• Nonsense mutation: This is a mutation that occurs when the codon for an amino acid is automatically changed to a nonsense (stop) codon. Stop codons are codons that signal the end or termination of the translation process of a protein synthesis coding sequence on the mRNA. Examples of stop codons include: UAA, UAG, and UGA. Nonsense mutation results in the formation of an incomplete protein (which will normally be nonfunctional). In nonsense mutation, there is an early or premature end of translation, a process responsible for the production of proteins in the ribosome of an organism using the genetic information in mRNA as a template.
  • Point mutation: Point mutation is a mutation that changes the base-pair of a codon. It is caused by the loss or gain of a single base-pair or as a result of amino acid substitutions in a base-pair. Point mutations can lead to a single amino acid change in the polypeptide of a protein; but they usually do no result in any change at all in the resultant polypeptide depending on the affected codon.
  1. Induced mutation: Induced mutations are mutations caused by mutagens (including biological, chemical or physical agents). It is an alteration in the genetic make-up of an organism that is deliberately undertaken for a specific or given purpose. Induced mutations have applications in genetic studies, biotechnology, medical sciences, nanotechnology, and molecular biology, genetic engineering amongst others. Through induced mutations, mutants of microorganisms including bacteria and viruses have been produced in the laboratory through the careful and deliberate manipulation of their DNA (or genome), and this has resulted to the production of specific products of interest.


Mutagenesis is the careful alteration of the genetic information of an organism’s genome in such a way that it will result in a mutation.  It is the creation of genetic change in the DNA of an organism and, which will result in the production of a population of cells with an entirely new genetic make-up. Mutagenesis which can either be spontaneous (natural) or induced (artificial) causes an alteration in the genetic information (or DNA) of an organism – and, such a change in the DNA can be passed on from one organism to another and from one generation to another generation.

Such mutations or change in an organism’s genome can either be of positive effect or negative effect. In the negative aspect, mutagenesis which can also be a driving of evolution can result to various genetic diseases and cancer in humans. Such mutations are the causes of a number of genetic diseases (some of which are inheritable) in human beings. Mutagenesis that occurs in the sex (gamete) cells (e.g. sperm or ova) of an organism can be passed on from parents to their offspring’s. But the mutation that occurs in the somatic cells (e.g. skin) of an organism including mutagenesis in cells that have undergone cell differentiation are usually not inherited or passed on to the next generation. Such mutations start and end in the organisms in which it occurred.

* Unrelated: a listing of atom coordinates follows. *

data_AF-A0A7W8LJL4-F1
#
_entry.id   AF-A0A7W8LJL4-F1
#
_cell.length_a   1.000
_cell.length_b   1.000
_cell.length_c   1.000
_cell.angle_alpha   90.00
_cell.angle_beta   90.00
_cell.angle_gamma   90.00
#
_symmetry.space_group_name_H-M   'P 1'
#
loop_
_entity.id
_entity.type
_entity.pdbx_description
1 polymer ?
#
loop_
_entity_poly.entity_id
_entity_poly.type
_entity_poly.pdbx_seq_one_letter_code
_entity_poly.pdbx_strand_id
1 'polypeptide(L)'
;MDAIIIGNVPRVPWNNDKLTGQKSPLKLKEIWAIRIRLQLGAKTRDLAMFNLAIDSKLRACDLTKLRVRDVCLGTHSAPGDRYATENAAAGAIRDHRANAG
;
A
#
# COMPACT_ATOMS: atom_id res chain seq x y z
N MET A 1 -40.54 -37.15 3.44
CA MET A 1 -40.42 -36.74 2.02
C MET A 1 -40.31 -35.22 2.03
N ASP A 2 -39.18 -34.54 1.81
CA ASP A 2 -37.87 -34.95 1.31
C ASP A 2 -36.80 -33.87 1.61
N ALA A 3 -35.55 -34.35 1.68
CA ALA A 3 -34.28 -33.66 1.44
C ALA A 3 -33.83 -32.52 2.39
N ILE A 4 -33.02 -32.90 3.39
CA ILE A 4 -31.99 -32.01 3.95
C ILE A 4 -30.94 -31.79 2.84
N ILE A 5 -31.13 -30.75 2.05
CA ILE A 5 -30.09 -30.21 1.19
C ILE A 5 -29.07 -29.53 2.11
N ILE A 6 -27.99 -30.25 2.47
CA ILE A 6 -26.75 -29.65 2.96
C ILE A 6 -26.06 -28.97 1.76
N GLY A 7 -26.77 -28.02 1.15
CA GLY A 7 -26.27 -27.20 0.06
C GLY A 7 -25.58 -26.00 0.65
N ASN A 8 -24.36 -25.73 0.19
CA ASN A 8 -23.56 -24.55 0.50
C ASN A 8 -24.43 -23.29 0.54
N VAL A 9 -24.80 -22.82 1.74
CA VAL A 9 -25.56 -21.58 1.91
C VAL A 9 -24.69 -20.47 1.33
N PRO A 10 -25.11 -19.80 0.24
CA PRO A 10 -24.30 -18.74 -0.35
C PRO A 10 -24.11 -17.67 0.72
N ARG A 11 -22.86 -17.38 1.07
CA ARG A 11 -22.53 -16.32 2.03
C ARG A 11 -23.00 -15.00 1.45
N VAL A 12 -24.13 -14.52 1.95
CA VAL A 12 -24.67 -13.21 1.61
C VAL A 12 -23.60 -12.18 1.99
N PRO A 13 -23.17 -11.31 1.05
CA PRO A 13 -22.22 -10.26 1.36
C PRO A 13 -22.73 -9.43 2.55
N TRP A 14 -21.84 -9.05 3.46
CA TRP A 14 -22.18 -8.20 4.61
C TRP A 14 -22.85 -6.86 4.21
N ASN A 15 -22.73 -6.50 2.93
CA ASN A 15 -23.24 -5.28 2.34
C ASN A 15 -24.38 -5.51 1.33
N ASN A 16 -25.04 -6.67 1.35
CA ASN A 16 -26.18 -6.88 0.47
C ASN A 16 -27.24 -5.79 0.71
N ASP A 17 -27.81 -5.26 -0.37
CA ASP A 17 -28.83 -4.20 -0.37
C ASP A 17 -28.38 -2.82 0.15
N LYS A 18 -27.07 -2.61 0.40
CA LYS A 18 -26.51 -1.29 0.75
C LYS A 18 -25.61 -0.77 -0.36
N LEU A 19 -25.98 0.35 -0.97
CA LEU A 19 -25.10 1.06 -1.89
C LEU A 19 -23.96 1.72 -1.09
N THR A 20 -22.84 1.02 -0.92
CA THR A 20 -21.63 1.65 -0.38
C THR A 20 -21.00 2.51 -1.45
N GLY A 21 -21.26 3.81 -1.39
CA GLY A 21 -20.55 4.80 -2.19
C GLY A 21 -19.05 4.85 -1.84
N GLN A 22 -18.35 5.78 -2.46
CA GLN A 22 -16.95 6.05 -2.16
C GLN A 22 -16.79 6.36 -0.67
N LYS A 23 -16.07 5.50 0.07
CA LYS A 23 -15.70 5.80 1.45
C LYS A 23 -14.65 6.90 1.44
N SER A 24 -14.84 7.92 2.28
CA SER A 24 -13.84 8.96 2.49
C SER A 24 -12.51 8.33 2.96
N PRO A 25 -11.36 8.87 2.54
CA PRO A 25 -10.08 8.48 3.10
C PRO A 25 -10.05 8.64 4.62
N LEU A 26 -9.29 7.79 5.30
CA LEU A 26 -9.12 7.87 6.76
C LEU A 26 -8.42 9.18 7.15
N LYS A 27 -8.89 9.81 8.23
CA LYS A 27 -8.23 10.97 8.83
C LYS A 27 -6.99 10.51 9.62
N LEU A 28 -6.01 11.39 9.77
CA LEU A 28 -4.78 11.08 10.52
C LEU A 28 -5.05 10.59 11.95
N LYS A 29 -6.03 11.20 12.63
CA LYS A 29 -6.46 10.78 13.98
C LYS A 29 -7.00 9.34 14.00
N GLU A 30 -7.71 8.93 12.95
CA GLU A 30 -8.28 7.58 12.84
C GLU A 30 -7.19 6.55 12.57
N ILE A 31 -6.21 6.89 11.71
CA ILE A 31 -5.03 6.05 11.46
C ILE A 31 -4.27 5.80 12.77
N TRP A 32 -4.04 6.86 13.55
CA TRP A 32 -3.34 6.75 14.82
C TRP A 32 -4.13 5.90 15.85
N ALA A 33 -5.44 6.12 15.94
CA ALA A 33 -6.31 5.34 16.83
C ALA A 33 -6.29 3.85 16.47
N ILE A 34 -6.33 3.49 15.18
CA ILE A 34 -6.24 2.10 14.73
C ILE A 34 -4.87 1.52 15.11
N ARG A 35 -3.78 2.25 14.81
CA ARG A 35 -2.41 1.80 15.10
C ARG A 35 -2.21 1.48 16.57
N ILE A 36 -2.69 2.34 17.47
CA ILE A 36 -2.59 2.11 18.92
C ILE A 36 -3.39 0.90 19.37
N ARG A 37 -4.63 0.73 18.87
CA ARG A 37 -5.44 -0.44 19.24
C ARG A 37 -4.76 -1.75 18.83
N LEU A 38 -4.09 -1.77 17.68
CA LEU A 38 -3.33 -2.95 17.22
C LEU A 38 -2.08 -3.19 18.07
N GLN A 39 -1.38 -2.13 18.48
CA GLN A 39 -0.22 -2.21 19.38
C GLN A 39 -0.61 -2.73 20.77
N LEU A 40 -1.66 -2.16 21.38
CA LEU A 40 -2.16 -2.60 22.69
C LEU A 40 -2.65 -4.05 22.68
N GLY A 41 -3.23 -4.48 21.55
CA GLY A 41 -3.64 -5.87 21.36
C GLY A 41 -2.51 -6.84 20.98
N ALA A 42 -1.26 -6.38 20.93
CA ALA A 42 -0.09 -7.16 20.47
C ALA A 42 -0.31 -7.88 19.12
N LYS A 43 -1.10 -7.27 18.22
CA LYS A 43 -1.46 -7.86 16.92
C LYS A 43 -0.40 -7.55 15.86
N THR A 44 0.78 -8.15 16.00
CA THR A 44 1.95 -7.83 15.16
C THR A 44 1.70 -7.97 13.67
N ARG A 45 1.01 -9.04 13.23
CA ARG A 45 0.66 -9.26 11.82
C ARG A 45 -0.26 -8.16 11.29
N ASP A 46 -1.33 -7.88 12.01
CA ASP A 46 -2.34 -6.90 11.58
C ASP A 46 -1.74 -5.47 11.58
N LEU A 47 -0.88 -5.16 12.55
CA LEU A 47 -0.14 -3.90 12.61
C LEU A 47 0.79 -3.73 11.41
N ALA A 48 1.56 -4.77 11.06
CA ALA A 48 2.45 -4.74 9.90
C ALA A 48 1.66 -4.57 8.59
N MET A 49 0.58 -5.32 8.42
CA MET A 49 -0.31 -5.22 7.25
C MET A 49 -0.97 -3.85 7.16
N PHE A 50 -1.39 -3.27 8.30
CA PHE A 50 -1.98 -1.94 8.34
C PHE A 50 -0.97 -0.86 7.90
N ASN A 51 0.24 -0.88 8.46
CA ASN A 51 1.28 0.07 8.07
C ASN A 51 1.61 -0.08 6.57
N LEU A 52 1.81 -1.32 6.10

Mutagenesis can be provoked experimentally in a microbial cell using specific laboratory protocols; and such alterations in the genome of an organism can result to the production of a newly beneficial protein or metabolite with advantageous functions and, which can be transferred to the next generation. Mutagenesis can also be referred to as the defect in the DNA of an organism at the molecular level or the process of achieving transformation in an organism (in this case, a microbial cell). It can occur either in the form of a point mutation, deletion, duplication, translocation or inversion in the base sequence of the organism’s genome.

Mutagens (e.g. radiations and chemicals like bleach) can also stimulate mutagenesis in the cell of an organism. The integrity of a cell’s genome that experienced mutagenesis can actually be repaired through a number of available DNA repair mechanisms (e.g. nucleotide excision repair mechanism-which allows the recognition and removal of damaged DNA and, their subsequent replacement with the correct nucleotide via DNA ligation mechanism). Microbial cells ensures accurate replication of their genome (DNA) during cell division and, keep mutations that spontaneously occurs during such processes to the barest minimum by ensuring adequate repair of DNA anytime mutagenesis occurs. Studies in mutagenesis have helped scientists to better understand the mechanisms and operation of cellular processes of organisms (especially those of the microbial world), and this has helped to biologists to undertake research geared towards proper handling of mutagenic risks amongst human population.


Alberts B, Bray D, Johnson A, Lewis J, Raff M, Roberts K and Walter P (1998). Essential Cell Biology: An Introduction to the Molecular Biology of the Cell. Third edition. Garland Publishing Inc., New York.

Alberts B.M, Johnson A, Lewis J, Raff M.C, Roberts K and Walter P (2002). Molecular Biology of the Cell (4th Edn). Garland, New York. A good general reference volume.

Dale J (2003). Molecular genetics of bacteria. Jeremy W. Dale and Simon Park (4th eds.). John Wiley & Sons Ltd, West Sussex, UK.

Tamarin Robert H (2002). Principles of Genetics. Seventh edition. Tata McGraw-Hill Publishing Co Ltd, Delhi.

Twyman R.M (1998). Advanced Molecular Biology: A Concise Reference. Bios Scientific Publishers. Oxford, UK.